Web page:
These questions assume outcomes and will not result in high quality research. Researchers should always avoid asking leading questions that give away an expected answer or suggest particular responses. For instance, if I ask “we need to spend more on public schools, don’t you think?” the respondent is more likely to agree regardless of their own thoughts. Some wont, but humans generally have a strong natural desire to be agreeable. That’s why leaving your questions neutral and open so that respondents can speak to their experiences and views is critical.

6.3 Analyzing Interview Data

Writing good questions and interviewing respondents are just the first steps of the interview process. After these stages, the researcher still has a lot of work to do to collect usable data from the interview. The researcher must spend time coding and analyzing the interview to retrieve this data. Just doing an interview wont produce data. Think about how many conversations you have everyday, and none of those are leaving you swimming in data.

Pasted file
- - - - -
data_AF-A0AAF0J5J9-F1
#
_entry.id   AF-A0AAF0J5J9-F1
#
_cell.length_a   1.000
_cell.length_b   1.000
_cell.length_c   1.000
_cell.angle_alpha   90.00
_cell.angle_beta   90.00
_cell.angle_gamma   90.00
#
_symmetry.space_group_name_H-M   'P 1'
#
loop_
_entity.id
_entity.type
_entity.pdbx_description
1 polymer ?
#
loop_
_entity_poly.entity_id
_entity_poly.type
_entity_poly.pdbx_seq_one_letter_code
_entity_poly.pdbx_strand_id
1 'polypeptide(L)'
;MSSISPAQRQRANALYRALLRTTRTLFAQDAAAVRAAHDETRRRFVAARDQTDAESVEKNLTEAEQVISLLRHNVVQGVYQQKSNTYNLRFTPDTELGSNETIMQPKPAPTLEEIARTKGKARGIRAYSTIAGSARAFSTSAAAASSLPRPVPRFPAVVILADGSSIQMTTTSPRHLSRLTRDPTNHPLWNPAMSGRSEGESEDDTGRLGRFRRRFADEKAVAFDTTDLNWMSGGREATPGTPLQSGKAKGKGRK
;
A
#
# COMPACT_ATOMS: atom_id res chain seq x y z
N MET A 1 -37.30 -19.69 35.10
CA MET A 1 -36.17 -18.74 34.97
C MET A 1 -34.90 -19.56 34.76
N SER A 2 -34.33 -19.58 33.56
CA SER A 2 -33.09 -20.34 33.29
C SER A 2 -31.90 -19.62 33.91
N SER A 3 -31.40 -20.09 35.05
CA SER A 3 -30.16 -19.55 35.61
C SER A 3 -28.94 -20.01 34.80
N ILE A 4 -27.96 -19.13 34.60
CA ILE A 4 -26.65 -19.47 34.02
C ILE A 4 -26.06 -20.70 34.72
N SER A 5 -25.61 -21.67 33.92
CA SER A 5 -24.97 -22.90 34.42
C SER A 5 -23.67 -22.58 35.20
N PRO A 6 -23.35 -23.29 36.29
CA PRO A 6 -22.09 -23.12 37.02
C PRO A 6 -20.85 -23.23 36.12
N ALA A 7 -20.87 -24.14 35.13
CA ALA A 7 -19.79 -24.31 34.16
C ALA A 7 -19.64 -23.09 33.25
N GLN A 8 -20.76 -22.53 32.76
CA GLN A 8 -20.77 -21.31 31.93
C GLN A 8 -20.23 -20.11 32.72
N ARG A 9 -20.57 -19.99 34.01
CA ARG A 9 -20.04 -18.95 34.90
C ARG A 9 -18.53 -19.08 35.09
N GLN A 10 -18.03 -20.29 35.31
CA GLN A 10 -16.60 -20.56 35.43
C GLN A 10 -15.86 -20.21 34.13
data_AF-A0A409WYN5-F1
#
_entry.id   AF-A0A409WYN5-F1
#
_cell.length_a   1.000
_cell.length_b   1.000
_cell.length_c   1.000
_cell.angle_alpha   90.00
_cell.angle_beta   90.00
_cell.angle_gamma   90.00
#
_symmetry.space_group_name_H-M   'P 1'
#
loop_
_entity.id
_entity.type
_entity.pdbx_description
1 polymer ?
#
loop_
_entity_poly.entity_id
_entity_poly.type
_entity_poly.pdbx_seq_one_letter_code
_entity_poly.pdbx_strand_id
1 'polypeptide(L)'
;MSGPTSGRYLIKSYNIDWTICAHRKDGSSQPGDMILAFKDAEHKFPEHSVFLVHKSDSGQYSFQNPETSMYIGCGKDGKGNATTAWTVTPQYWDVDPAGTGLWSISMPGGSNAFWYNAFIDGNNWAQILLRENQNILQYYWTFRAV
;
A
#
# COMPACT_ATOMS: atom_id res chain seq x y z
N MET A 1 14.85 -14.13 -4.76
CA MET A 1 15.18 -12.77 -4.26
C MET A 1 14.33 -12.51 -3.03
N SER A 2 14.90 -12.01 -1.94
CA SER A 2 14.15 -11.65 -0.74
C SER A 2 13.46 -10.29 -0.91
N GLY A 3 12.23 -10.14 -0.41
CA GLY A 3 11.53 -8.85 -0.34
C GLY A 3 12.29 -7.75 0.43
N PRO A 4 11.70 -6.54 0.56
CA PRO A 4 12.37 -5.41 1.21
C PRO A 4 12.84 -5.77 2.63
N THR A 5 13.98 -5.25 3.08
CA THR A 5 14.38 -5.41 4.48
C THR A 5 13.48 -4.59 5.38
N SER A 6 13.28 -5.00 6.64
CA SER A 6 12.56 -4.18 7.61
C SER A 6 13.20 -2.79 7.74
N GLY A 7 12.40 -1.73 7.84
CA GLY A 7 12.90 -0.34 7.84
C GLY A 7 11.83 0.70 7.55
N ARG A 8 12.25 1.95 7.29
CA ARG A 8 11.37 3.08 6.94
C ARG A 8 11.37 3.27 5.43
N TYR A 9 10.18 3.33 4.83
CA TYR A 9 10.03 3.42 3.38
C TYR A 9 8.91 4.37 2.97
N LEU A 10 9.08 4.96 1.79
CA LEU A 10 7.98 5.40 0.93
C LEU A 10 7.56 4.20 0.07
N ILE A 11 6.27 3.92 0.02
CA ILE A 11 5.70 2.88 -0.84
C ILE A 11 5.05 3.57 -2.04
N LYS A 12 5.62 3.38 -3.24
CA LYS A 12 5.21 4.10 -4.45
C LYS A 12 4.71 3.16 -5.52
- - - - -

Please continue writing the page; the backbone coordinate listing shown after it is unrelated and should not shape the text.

Hopefully you can record your interviews. Recording your interviews will allow you the opportunity to transcribe them word for word later. If you can’t record the interview you’ll need to take detailed notes so that you can reconstruct what you heard later. Do not trust yourself to “just remember” the conversation. You’re collecting data, precious data that you’re spending time and energy to collect. Treat it as important and valuable. Remember our description of the methodology section from Chapter 2, you need to maintain a chain of custody on your data. If you just remembered the interview, you could be accused of making up the results. Your interview notes and the recording become part of that chain of custody to prove to others that your interviews were real and that your results are accurate.